What are Kegel Exercises?
Kegel exercises are designed to strengthen the muscles of the pelvic floor that support the bladder and close the sphincters (urethral or anal muscles that contract to stop urine, gas, or stool from coming out.)
Your pelvic area is the portion of your body between your hips. At the bottom of your pelvis are several layers of muscle that stretch between your legs. These muscles attach to the front, back, and sides of the pelvic bones. You can identify these muscles by trying to stop your urine stream. Once you have learned how to identify these muscles, do not regularly perform Kegel exercises while urinating because this may eventually weaken the muscles and worsen your symptoms. You can also place a finger into your vagina, practice a Kegel exercise, and see if you can feel the muscles squeeze your finger. Some women squeeze the wrong muscles. Place a hand on your buttock, thighs, or abdomen to make sure you are not exercising these muscles instead of the internal muscles of the pelvic floor. Try squeezing these muscles while lying, sitting, and standing to see which position best helps you to isolate these muscles. It may help to think of pulling up or pulling into your body rather than just squeezing all the muscles of your pelvis.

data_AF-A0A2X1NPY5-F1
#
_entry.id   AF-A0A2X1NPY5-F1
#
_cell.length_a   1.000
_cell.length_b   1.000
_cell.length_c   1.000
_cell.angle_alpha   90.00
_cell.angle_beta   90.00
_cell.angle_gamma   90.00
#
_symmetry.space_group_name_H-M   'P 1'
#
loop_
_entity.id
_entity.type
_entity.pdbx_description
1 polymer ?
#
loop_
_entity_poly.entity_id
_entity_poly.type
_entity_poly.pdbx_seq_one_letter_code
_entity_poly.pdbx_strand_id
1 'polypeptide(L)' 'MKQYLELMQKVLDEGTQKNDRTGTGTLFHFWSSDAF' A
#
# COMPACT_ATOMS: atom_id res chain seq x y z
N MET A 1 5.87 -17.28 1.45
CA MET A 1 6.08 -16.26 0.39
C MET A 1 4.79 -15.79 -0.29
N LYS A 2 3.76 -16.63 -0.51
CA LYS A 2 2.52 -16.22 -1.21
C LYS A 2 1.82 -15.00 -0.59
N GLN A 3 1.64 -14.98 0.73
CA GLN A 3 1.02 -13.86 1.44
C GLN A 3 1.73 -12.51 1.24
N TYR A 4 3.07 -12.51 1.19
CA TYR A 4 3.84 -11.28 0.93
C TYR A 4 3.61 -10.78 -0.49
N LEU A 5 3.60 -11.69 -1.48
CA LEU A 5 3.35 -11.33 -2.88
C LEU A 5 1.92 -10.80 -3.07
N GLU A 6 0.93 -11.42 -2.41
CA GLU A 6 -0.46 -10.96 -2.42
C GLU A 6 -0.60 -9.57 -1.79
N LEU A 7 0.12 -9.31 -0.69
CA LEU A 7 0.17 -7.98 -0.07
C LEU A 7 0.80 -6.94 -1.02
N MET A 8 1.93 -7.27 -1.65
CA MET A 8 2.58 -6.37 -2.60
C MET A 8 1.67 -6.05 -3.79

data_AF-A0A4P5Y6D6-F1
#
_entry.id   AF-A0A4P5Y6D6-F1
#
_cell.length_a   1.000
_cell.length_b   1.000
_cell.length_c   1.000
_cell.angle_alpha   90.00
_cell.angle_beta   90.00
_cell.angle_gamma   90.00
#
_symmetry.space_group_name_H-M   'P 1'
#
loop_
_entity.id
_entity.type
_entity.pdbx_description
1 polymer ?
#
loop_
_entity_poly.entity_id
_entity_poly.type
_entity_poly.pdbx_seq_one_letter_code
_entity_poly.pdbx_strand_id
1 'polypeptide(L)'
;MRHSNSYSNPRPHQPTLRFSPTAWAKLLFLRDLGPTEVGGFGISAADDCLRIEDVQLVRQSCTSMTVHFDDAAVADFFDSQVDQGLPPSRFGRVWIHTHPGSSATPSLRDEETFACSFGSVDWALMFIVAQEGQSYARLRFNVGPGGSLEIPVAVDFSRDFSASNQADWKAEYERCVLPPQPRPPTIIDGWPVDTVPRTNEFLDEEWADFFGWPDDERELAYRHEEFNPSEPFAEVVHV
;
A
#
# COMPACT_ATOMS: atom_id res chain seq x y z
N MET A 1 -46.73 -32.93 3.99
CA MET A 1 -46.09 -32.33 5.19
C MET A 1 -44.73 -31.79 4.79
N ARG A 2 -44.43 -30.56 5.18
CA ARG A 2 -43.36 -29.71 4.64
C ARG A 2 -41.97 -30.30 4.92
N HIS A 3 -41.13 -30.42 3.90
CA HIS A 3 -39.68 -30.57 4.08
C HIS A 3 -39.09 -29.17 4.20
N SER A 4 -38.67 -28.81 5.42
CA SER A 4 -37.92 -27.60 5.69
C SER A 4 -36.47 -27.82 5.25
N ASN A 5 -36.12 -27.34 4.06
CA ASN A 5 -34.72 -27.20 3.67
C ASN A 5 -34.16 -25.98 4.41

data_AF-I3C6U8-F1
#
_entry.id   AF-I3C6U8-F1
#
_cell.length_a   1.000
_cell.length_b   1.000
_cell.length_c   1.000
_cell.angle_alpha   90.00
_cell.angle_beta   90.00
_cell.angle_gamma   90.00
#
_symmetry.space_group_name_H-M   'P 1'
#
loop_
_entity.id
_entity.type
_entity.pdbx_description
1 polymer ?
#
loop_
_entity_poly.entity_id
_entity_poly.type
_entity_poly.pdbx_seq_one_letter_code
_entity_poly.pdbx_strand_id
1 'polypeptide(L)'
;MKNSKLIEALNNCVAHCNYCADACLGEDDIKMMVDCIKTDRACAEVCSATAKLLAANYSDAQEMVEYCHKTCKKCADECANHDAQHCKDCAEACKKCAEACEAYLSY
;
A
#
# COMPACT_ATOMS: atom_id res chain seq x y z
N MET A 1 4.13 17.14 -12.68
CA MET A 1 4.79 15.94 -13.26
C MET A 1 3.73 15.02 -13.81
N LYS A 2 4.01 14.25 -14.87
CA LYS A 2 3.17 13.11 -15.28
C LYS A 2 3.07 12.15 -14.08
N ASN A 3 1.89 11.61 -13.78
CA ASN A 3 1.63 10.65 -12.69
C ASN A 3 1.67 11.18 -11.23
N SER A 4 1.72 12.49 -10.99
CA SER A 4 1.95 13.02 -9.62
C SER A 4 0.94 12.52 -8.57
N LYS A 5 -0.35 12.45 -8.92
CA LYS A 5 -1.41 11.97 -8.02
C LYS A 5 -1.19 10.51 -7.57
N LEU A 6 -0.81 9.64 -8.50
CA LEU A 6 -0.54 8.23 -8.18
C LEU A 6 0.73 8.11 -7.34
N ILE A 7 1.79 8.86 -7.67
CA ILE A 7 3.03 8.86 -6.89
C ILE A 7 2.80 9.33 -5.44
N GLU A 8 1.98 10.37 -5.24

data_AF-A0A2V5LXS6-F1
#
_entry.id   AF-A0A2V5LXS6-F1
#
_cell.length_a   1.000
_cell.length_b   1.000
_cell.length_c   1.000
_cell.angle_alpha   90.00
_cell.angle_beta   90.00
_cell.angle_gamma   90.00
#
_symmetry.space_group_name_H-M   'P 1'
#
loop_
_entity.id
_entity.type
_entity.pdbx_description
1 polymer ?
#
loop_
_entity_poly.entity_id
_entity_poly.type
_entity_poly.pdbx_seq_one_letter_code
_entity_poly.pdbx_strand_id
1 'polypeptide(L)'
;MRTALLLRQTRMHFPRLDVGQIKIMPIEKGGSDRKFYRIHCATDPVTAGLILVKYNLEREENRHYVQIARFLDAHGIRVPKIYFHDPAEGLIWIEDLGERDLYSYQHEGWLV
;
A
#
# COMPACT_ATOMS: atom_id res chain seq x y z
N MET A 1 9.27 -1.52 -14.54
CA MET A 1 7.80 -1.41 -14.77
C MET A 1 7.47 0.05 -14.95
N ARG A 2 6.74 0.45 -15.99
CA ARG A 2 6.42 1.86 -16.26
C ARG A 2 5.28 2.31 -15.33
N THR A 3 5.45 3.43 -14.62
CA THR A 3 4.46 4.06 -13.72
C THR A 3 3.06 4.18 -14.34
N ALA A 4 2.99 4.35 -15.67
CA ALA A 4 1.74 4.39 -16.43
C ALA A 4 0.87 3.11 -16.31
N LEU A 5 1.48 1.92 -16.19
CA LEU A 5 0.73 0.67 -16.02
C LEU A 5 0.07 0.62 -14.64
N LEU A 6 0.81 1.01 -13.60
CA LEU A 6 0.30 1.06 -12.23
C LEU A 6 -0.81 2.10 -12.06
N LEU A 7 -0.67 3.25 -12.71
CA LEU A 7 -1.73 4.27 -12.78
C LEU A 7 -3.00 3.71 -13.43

How Do I Exercise Pelvic Muscles?
To exercise the pelvic muscles, begin by quickly contracting and relaxing the pelvic muscles. You should try to do 4 to 5 sets of 10 contractions each day. When you are comfortable performing quick pelvic muscle contractions, begin contracting and holding the pelvic floor muscle contraction for 5 seconds before relaxing. Once you are comfortable with holding the pelvic muscle contraction for 5 seconds, increase the hold time for 10 seconds before relaxation, this should be done in 4 to 5 sets of 10 contractions as well. Make sure you completely relax your muscles in between each ³contract and hold.² If you are holding for 5 seconds, you should relax your muscles for 5 seconds before contracting the muscles again.